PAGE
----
Here's what eminent virologist Dr Gagandeep Kang has to say about Kerala's handling of the COVID-19 pandemic.
When it comes to dealing with the virus – Nipah earlier or Covid now, most had come to believe that Kerala cannot go wrong. Yet the plantation economy-based south Indian state, known for a record of excellence in public health, is in the spotlight as the state that is now coping with nearly half of all the new covid cases reported each day nationally. It’s much-celebrated Kerala model to combat the virus increasingly under question.
What has gone wrong in a state that has a healthcare budget spending per capita almost double that of Uttar Pradesh? What is the lesson from this and for the rest of the country for combating the virus and its various waves?
Mortality & serosurvey data
Financial Express Online reached out to Dr Gagandeep Kang, one of India’s most respected virologists and a professor at the Christian Medical College, Vellore. She began by dispelling the notion that there was something wrong with the Kerala model. “Kerala has witnessed a sharp rise in cases but that is not to say its model has failed. On the contrary, its COVID mortality figures, the still available headroom within its health system to cope with the rising numbers and the latest serosurvey data all only go to show that it has done a good job so far.”
What stands about in the developments in Kerala is the fact that the mortality rate on account of COVID is at 0.5 per cent as against a national number of 1.34 per cent, the healthcare system has never been overwhelmed and there has been no situation where there is a problem of oxygen shortage or lack of ICU beds and ventilators as was seen in other parts of the country.
The focus, Dr Kang and also other experts, feel is to look at what the rising caseload (about 50 per cent of national number of new cases per day) coupled with the 44 per cent seropositivity or seroprevalence of antibodies tell about what needs to be done in the days and months ahead?
“The fact is that at least 38 per cent of the adult population has received at least one dose of vaccine. This means that while vaccine coverage has been higher than the national average, a large proportion of Kerala’s population is either uninfected or unvaccinated,” says Dr Kang.
And what to make of the seropositivity? “If you had a region with say 70 per cent seropositivity and you have a population that has 44 per cent seropositivity (like in Kerala), if you relax the interventions in the region with 70 per cent seropositivity then the number of cases that you will get will be much less than the number of cases when you get when you lift curbs with 43 per cent.”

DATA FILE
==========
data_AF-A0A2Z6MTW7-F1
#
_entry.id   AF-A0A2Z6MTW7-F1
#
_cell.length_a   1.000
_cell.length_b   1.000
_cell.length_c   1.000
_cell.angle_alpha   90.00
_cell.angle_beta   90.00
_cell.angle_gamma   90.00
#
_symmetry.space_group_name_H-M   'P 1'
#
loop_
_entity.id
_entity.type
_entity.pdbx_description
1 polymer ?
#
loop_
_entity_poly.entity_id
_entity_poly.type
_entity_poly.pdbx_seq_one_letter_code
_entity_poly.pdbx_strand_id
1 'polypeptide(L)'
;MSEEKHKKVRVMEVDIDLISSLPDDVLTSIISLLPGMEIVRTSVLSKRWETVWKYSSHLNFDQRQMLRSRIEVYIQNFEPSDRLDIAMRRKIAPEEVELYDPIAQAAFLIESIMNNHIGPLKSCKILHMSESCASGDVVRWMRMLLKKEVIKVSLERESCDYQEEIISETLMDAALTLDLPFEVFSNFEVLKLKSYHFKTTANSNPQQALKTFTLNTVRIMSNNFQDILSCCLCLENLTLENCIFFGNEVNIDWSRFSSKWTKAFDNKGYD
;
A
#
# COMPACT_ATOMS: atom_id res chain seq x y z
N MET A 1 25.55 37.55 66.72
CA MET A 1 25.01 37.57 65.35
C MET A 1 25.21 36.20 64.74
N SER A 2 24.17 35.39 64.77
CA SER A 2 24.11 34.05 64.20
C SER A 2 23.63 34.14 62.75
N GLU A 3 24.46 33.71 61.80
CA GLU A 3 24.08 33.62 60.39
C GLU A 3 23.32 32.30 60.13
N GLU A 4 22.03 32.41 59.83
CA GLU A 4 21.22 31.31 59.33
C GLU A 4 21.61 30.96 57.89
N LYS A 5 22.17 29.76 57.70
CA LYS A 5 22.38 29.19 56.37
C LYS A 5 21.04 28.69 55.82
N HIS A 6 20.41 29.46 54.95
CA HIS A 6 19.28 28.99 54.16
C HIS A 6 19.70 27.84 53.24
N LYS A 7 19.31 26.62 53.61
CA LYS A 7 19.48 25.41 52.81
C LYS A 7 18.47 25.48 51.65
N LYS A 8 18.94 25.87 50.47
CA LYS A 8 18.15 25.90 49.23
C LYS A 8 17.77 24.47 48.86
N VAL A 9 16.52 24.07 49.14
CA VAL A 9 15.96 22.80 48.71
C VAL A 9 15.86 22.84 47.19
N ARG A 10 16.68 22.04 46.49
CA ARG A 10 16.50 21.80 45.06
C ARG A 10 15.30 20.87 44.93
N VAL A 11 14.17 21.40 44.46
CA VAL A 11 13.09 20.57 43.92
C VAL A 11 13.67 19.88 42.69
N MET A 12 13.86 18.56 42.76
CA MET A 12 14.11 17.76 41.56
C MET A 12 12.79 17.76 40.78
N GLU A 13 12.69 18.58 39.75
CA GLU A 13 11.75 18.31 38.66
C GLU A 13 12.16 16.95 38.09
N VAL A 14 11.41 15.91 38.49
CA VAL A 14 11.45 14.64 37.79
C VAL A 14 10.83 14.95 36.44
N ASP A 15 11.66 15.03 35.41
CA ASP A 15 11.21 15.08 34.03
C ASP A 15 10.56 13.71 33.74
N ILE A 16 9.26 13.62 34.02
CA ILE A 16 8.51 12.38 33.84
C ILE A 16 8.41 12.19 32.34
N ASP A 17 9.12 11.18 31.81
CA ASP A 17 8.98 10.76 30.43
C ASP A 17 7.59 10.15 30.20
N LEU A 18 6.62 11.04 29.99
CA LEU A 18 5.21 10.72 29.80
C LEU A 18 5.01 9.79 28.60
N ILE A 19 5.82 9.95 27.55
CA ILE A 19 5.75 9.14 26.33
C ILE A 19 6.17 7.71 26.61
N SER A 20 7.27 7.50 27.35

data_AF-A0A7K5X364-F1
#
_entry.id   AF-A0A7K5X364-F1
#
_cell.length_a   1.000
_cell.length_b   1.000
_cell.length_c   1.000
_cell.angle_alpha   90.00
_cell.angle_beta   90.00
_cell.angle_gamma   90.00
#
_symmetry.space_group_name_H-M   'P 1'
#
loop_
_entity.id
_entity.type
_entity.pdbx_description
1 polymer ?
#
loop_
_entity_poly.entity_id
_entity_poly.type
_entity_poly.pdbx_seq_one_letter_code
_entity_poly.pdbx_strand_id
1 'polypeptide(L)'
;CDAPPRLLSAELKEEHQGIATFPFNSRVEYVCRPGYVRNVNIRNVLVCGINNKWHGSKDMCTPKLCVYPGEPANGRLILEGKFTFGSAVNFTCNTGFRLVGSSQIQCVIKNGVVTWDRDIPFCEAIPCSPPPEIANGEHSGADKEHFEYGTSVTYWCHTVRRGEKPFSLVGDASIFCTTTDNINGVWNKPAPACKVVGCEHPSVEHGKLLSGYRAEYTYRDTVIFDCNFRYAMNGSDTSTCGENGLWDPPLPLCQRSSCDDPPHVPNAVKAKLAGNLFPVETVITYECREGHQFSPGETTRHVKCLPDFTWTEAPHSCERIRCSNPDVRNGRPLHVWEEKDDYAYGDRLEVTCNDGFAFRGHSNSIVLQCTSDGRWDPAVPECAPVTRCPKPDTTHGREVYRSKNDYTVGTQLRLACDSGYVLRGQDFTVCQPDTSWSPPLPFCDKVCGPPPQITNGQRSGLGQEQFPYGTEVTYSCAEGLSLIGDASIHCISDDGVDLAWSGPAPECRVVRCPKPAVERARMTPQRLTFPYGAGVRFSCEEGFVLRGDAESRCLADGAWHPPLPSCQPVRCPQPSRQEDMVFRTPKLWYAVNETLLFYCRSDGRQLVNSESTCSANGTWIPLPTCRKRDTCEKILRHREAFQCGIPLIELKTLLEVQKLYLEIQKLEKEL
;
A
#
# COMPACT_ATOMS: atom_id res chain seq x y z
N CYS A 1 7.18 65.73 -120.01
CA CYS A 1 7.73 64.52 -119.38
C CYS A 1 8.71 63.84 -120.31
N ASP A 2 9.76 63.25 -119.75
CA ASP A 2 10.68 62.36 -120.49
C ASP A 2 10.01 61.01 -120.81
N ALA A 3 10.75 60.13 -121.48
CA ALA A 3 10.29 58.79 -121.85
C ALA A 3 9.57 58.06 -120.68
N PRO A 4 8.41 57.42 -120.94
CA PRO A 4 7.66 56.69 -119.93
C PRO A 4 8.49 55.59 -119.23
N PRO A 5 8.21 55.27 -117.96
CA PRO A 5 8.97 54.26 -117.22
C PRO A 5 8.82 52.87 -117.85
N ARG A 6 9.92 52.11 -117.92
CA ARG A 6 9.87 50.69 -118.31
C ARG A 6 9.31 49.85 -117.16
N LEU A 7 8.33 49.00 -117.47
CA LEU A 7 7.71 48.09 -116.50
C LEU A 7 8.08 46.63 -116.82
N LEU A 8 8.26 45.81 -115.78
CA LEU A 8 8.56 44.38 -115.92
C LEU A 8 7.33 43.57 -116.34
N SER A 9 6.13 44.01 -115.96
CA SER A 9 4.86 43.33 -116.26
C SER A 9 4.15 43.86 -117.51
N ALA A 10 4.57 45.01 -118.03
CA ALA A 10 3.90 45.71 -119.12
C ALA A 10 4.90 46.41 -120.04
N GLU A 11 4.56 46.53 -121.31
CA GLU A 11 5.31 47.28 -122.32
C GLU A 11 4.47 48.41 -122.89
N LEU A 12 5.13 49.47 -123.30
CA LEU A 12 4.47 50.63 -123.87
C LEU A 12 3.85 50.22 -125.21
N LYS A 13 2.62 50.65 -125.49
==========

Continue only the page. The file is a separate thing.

What also emerges is that Kerala has managed to keep a large percentage of its population unexposed until vaccines arrived. “But vaccines have not rolled out fast enough for Kerala’s population to bridge the gap between protection obtained from infection in other states and protection obtained through a combination of infection and vaccination in Kerala. Because of this, Kerala’s population continues to be in danger and therefore you need to ramp up vaccination and reinforce the measures of contract tracing, tracking and not become lax.”
The dangers now
The recent increase, says Dr Kang, “is an indication that Kerala made a decision that it should not have about Eid (relaxation of norms). In addition, the population has been compliant so far but perhaps there is tiredness setting in with restrictions.” “What we are seeing is a trade-off between having protected your population and yielding to pressures to ease up on restrictions and permitting gatherings be it for elections or for religious purposes,” says Dr Kang. And therefore, her concern at the moment is around the way this will pan out now: “The worry for me is what is going to happen the future? If vaccines don’t come in and people are tired and the government does not maintain control then there is bound to be an upsurge in Kerala. The numbers are still manageable but then it cannot remain this way for long.”
Delta in May
Kerala got the highly transmissible delta variant in April-May while parts of North India started to see it in March -April. So, Kerala was a little bit behind. It also had better interventions. “So, what you are seeing is a combination of delta variant and relaxations of restrictions and allowing for large gatherings which is allowing for this cases to emerge.”
A clear lesson
What lessons do the developments in Kerala throw up? To Rama V Baru, Professor, Centre of Social Medicine and Community Health at the Jawaharlal Nehru University, there are clear messages: The big lesson from the developments in Kerala and the North-East is that the virus, its waves, its variants and their sub-lineages will keep impacting and have done so even in a state that traditionally stayed invested in building its health systems. But then, what needs to be taken note of now and imbibed by other states is the clear message that the investments in the healthcare and in a functioning public health system do matter and make a difference.
“Kerala,” she says, “is able to witness low mortality rate because of this. The other states must therefore learn and similarly focus on building the healthcare infrastructure, human resources, capacity building and even governance. All of it to better equip them to handle future waves.”
Also, since public health systems cannot be built overnight, the immediate need at the moment, she feels is to harness and optimise the available resources available across public, private, local self-government structures and civil society, aggressively forge alliances and coordinate roles to achieve better health outcomes in the shortest possible time.